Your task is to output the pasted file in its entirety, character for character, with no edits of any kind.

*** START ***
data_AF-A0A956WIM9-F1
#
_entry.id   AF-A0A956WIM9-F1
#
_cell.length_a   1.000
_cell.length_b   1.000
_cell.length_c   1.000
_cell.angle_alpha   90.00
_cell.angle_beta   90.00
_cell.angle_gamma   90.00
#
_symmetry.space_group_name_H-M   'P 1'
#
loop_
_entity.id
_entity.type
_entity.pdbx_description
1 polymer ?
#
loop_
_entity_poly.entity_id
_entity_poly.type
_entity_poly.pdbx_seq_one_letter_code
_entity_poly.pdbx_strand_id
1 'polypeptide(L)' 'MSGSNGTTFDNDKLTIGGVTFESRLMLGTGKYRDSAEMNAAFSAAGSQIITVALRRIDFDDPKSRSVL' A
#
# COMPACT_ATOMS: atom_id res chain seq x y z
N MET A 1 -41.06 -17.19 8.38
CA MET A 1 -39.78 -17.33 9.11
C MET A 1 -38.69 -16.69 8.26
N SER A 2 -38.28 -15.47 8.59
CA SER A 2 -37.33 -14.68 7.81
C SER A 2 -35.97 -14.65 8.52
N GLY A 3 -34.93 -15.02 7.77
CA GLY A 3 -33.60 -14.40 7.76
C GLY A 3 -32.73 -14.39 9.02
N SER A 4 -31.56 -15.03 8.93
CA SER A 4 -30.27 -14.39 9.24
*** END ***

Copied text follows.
data_AF-A0A956WIM9-F1
#
_entry.id   AF-A0A956WIM9-F1
#
_cell.length_a   1.000
_cell.length_b   1.000
_cell.length_c   1.000
_cell.angle_alpha   90.00
_cell.angle_beta   90.00
_cell.angle_gamma   90.00
#
_symmetry.space_group_name_H-M   'P 1'
#
loop_
_entity.id
_entity.type
_entity.pdbx_description
1 polymer ?
#
loop_
_entity_poly.entity_id
_entity_poly.type
_entity_poly.pdbx_seq_one_letter_code
_entity_poly.pdbx_strand_id
1 'polypeptide(L)' 'MSGSNGTTFDNDKLTIGGVTFESRLMLGTGKYRDSAEMNAAFSAAGSQIITVALRRIDFDDPKSRSVL' A
#
# COMPACT_ATOMS: atom_id res chain seq x y z
N MET A 1 -41.06 -17.19 8.38
CA MET A 1 -39.78 -17.33 9.11
C MET A 1 -38.69 -16.69 8.26
N SER A 2 -38.28 -15.47 8.59
CA SER A 2 -37.33 -14.68 7.81
C SER A 2 -35.97 -14.65 8.52
N GLY A 3 -34.93 -15.02 7.77
CA GLY A 3 -33.60 -14.40 7.76
C GLY A 3 -32.73 -14.39 9.02
N SER A 4 -31.56 -15.03 8.93
CA SER A 4 -30.27 -14.39 9.24